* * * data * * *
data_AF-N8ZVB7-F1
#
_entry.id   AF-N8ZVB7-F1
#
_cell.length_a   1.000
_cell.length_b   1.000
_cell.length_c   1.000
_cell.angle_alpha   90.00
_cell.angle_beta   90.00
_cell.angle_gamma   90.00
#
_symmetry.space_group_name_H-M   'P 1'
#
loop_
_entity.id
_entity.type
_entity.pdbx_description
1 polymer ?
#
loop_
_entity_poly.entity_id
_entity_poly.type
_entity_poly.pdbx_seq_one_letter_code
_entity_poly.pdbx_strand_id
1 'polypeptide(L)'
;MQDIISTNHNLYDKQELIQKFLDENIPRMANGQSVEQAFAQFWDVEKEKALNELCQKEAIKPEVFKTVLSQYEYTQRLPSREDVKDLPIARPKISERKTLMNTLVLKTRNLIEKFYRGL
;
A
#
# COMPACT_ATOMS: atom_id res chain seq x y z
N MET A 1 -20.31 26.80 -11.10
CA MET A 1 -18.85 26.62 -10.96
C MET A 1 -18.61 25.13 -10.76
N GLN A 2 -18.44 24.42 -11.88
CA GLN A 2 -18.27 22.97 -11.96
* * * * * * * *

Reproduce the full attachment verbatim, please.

data_AF-N8ZVB7-F1
#
_entry.id   AF-N8ZVB7-F1
#
_cell.length_a   1.000
_cell.length_b   1.000
_cell.length_c   1.000
_cell.angle_alpha   90.00
_cell.angle_beta   90.00
_cell.angle_gamma   90.00
#
_symmetry.space_group_name_H-M   'P 1'
#
loop_
_entity.id
_entity.type
_entity.pdbx_description
1 polymer ?
#
loop_
_entity_poly.entity_id
_entity_poly.type
_entity_poly.pdbx_seq_one_letter_code
_entity_poly.pdbx_strand_id
1 'polypeptide(L)'
;MQDIISTNHNLYDKQELIQKFLDENIPRMANGQSVEQAFAQFWDVEKEKALNELCQKEAIKPEVFKTVLSQYEYTQRLPSREDVKDLPIARPKISERKTLMNTLVLKTRNLIEKFYRGL
;
A
#
# COMPACT_ATOMS: atom_id res chain seq x y z
N MET A 1 -20.31 26.80 -11.10
CA MET A 1 -18.85 26.62 -10.96
C MET A 1 -18.61 25.13 -10.76
N GLN A 2 -18.44 24.42 -11.88
CA GLN A 2 -18.27 22.97 -11.96